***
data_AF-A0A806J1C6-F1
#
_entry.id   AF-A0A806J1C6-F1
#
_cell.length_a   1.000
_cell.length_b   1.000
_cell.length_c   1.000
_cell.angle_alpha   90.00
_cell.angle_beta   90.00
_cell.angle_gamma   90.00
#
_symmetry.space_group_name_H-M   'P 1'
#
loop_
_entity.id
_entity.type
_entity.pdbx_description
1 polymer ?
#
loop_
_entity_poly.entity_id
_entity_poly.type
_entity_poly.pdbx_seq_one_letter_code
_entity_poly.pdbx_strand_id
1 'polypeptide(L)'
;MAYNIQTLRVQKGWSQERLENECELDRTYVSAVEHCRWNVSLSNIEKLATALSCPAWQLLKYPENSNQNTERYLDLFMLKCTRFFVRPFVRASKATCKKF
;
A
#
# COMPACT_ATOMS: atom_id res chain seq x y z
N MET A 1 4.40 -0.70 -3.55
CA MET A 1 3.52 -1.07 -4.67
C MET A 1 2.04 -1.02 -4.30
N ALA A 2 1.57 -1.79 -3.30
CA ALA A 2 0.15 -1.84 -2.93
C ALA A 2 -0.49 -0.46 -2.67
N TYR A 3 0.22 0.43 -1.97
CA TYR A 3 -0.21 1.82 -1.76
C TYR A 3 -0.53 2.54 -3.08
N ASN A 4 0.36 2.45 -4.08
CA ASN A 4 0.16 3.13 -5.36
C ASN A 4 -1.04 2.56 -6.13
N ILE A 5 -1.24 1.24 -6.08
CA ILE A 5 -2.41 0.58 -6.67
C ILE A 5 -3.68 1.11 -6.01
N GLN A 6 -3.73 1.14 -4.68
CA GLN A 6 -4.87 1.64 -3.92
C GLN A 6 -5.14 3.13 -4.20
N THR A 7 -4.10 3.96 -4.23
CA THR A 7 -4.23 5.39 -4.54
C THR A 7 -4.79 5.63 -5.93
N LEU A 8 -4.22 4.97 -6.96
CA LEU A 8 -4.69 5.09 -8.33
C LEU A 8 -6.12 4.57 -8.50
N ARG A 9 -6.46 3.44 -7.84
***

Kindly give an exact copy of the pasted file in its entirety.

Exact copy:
data_AF-A0A806J1C6-F1
#
_entry.id   AF-A0A806J1C6-F1
#
_cell.length_a   1.000
_cell.length_b   1.000
_cell.length_c   1.000
_cell.angle_alpha   90.00
_cell.angle_beta   90.00
_cell.angle_gamma   90.00
#
_symmetry.space_group_name_H-M   'P 1'
#
loop_
_entity.id
_entity.type
_entity.pdbx_description
1 polymer ?
#
loop_
_entity_poly.entity_id
_entity_poly.type
_entity_poly.pdbx_seq_one_letter_code
_entity_poly.pdbx_strand_id
1 'polypeptide(L)'
;MAYNIQTLRVQKGWSQERLENECELDRTYVSAVEHCRWNVSLSNIEKLATALSCPAWQLLKYPENSNQNTERYLDLFMLKCTRFFVRPFVRASKATCKKF
;
A
#
# COMPACT_ATOMS: atom_id res chain seq x y z
N MET A 1 4.40 -0.70 -3.55
CA MET A 1 3.52 -1.07 -4.67
C MET A 1 2.04 -1.02 -4.30
N ALA A 2 1.57 -1.79 -3.30
CA ALA A 2 0.15 -1.84 -2.93
C ALA A 2 -0.49 -0.46 -2.67
N TYR A 3 0.22 0.43 -1.97
CA TYR A 3 -0.21 1.82 -1.76
C TYR A 3 -0.53 2.54 -3.08
N ASN A 4 0.36 2.45 -4.08
CA ASN A 4 0.16 3.13 -5.36
C ASN A 4 -1.04 2.56 -6.13
N ILE A 5 -1.24 1.24 -6.08
CA ILE A 5 -2.41 0.58 -6.67
C ILE A 5 -3.68 1.11 -6.01
N GLN A 6 -3.73 1.14 -4.68
CA GLN A 6 -4.87 1.64 -3.92
C GLN A 6 -5.14 3.13 -4.20
N THR A 7 -4.10 3.96 -4.23
CA THR A 7 -4.23 5.39 -4.54
C THR A 7 -4.79 5.63 -5.93
N LEU A 8 -4.22 4.97 -6.96
CA LEU A 8 -4.69 5.09 -8.33
C LEU A 8 -6.12 4.57 -8.50
N ARG A 9 -6.46 3.44 -7.84